|HCREATE(3)||Library Functions Manual||HCREATE(3)|
hsearch — manage hash search
functions manage hash search tables.
function allocates and initializes the table. The nel
argument specifies an estimate of the maximum number of entries to be held
by the table. Unless further memory allocation fails, supplying an
insufficient nel value will not result in functional
harm, although a performance degradation may occur. Initialization using the
hcreate() function is mandatory prior to any access
function destroys a table previously created using
hcreate(). After a call to
hdestroy(), the data can no longer be accessed.
function is used to search the hash table. It returns a pointer into the
hash table indicating the address of an item. The item
argument is of type ENTRY, defined in the
<search.h> header. This is a
structure type that contains two pointers:
The action argument is of type ACTION, an enumeration type which defines the following values:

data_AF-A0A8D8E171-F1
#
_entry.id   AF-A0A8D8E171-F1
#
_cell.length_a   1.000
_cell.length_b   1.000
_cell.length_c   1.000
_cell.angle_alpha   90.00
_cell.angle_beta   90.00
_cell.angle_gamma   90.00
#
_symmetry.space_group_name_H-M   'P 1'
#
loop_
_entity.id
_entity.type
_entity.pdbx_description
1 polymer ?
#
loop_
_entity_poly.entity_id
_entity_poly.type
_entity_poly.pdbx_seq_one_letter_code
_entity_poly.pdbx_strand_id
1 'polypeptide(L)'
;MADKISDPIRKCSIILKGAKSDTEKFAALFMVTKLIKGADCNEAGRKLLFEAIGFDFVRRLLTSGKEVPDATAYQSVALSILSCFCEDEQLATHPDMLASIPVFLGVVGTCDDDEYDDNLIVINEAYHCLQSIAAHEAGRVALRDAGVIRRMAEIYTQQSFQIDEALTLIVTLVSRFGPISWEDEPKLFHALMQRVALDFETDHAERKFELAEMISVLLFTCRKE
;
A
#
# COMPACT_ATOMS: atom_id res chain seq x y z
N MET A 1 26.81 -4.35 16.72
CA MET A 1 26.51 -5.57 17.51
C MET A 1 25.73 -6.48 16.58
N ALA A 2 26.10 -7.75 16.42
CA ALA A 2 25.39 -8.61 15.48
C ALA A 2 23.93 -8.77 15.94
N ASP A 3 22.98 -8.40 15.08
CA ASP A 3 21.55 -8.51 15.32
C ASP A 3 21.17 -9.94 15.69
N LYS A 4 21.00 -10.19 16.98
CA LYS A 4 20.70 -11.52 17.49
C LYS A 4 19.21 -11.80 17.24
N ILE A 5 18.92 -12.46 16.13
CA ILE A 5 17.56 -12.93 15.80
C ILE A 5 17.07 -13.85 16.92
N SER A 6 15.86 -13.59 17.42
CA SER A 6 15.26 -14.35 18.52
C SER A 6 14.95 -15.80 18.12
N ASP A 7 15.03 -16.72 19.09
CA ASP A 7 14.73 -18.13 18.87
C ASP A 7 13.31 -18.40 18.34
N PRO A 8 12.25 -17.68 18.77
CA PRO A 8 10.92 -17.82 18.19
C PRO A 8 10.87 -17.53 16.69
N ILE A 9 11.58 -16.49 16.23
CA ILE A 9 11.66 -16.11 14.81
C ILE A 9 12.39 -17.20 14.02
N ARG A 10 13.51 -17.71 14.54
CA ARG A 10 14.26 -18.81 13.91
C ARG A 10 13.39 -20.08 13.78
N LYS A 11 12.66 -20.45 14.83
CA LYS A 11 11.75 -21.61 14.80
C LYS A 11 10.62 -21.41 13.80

Note that the comparison key
must be allocated using malloc(3) or
calloc(3) if action is
will be called. This is because
hdestroy() will call
free(3) for each comparison
key (but not data). Typically
the comparison key is allocated by using
If successful, the
returns a non-zero value. Otherwise, a value of 0 is returned and
errno is set to indicate the error.
If successful, the
returns a pointer to a hash table entry matching the provided key. If the
FIND and the item was not found, or if the
ENTER and the insertion failed,
NULL is returned and errno is
set to indicate the error. If the action is
and an entry already existed in the table matching the given key, the
existing entry is returned and is not replaced.
hsearch() functions will fail if:
functions conform to X/Open Portability Guide
Issue 4, Version 2 (“XPG4.2”).
functions first appeared in AT&T System V
At least the following limitations can be mentioned:
hsearch() functions may use
malloc() to allocate space”. This limits the portability of the functions, given that other implementations may not free(3) the buffer pointed by key.
|January 30, 2018||OpenBSD-current|